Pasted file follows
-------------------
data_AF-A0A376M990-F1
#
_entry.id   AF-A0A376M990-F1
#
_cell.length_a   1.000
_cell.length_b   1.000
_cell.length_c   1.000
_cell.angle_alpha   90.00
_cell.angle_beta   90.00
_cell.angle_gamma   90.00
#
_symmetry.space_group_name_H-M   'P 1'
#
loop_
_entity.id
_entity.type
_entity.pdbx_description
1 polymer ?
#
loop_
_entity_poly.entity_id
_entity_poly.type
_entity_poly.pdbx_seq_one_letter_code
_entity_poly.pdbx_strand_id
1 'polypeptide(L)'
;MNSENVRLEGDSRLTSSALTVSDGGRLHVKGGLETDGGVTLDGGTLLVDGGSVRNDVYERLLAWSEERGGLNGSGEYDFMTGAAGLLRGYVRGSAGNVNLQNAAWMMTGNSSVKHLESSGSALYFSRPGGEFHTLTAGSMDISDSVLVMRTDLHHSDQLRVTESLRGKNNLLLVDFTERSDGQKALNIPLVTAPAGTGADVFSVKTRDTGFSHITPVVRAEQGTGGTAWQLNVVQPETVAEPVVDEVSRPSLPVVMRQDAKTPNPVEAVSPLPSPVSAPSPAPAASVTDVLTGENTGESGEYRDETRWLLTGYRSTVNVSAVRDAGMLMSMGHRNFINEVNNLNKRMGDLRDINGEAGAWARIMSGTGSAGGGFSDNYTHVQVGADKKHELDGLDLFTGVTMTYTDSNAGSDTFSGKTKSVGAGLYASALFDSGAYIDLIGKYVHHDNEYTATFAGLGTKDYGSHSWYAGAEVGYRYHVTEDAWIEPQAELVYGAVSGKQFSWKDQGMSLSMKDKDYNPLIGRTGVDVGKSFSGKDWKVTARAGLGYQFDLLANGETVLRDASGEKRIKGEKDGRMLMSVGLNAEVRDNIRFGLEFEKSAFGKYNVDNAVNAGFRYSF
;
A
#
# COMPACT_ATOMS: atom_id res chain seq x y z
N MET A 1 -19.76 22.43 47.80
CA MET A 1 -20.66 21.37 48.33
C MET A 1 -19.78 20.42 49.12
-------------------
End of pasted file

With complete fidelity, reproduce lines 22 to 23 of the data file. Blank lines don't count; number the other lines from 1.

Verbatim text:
_entity_poly.type
_entity_poly.pdbx_seq_one_letter_code